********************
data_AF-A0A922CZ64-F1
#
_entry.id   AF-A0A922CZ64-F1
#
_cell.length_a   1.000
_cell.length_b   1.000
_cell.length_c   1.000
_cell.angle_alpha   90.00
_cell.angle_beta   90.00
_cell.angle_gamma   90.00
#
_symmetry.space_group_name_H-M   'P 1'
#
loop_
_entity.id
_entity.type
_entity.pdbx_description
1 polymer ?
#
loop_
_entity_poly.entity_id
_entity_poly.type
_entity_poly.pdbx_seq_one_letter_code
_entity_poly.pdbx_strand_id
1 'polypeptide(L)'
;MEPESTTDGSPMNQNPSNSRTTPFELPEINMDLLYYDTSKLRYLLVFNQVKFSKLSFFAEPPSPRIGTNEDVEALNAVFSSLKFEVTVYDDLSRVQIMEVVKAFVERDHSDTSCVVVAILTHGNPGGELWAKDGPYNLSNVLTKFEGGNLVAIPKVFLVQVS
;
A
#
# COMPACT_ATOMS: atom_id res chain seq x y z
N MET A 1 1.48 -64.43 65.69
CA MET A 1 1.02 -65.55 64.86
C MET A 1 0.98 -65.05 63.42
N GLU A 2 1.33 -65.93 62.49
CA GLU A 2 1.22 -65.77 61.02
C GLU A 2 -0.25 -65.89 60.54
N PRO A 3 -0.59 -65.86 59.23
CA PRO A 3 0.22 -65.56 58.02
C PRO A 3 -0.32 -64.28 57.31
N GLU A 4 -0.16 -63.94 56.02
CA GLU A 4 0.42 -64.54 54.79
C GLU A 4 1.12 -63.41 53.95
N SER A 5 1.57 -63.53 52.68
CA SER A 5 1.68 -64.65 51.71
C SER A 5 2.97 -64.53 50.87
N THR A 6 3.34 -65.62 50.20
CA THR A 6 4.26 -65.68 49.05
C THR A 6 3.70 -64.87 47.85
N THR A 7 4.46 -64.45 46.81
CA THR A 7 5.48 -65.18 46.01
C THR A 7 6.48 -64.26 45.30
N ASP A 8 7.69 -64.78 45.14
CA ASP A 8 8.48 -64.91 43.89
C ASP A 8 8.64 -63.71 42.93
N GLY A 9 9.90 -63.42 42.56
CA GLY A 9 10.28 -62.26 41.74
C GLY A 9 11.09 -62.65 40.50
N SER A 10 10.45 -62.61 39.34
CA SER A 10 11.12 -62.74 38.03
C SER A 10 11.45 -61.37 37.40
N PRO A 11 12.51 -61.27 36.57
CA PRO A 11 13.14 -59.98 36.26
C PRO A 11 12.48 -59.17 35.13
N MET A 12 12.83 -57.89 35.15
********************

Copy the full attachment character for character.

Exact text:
data_AF-A0A922CZ64-F1
#
_entry.id   AF-A0A922CZ64-F1
#
_cell.length_a   1.000
_cell.length_b   1.000
_cell.length_c   1.000
_cell.angle_alpha   90.00
_cell.angle_beta   90.00
_cell.angle_gamma   90.00
#
_symmetry.space_group_name_H-M   'P 1'
#
loop_
_entity.id
_entity.type
_entity.pdbx_description
1 polymer ?
#
loop_
_entity_poly.entity_id
_entity_poly.type
_entity_poly.pdbx_seq_one_letter_code
_entity_poly.pdbx_strand_id
1 'polypeptide(L)'
;MEPESTTDGSPMNQNPSNSRTTPFELPEINMDLLYYDTSKLRYLLVFNQVKFSKLSFFAEPPSPRIGTNEDVEALNAVFSSLKFEVTVYDDLSRVQIMEVVKAFVERDHSDTSCVVVAILTHGNPGGELWAKDGPYNLSNVLTKFEGGNLVAIPKVFLVQVS
;
A
#
# COMPACT_ATOMS: atom_id res chain seq x y z
N MET A 1 1.48 -64.43 65.69
CA MET A 1 1.02 -65.55 64.86
C MET A 1 0.98 -65.05 63.42
N GLU A 2 1.33 -65.93 62.49
CA GLU A 2 1.22 -65.77 61.02
C GLU A 2 -0.25 -65.89 60.54
N PRO A 3 -0.59 -65.86 59.23
CA PRO A 3 0.22 -65.56 58.02
C PRO A 3 -0.32 -64.28 57.31
N GLU A 4 -0.16 -63.94 56.02
CA GLU A 4 0.42 -64.54 54.79
C GLU A 4 1.12 -63.41 53.95
N SER A 5 1.57 -63.53 52.68
CA SER A 5 1.68 -64.65 51.71
C SER A 5 2.97 -64.53 50.87
N THR A 6 3.34 -65.62 50.20
CA THR A 6 4.26 -65.68 49.05
C THR A 6 3.70 -64.87 47.85
N THR A 7 4.46 -64.45 46.81
CA THR A 7 5.48 -65.18 46.01
C THR A 7 6.48 -64.26 45.30
N ASP A 8 7.69 -64.78 45.14
CA ASP A 8 8.48 -64.91 43.89
C ASP A 8 8.64 -63.71 42.93
N GLY A 9 9.90 -63.42 42.56
CA GLY A 9 10.28 -62.26 41.74
C GLY A 9 11.09 -62.65 40.50
N SER A 10 10.45 -62.61 39.34
CA SER A 10 11.12 -62.74 38.03
C SER A 10 11.45 -61.37 37.40
N PRO A 11 12.51 -61.27 36.57
CA PRO A 11 13.14 -59.98 36.26
C PRO A 11 12.48 -59.17 35.13
N MET A 12 12.83 -57.89 35.15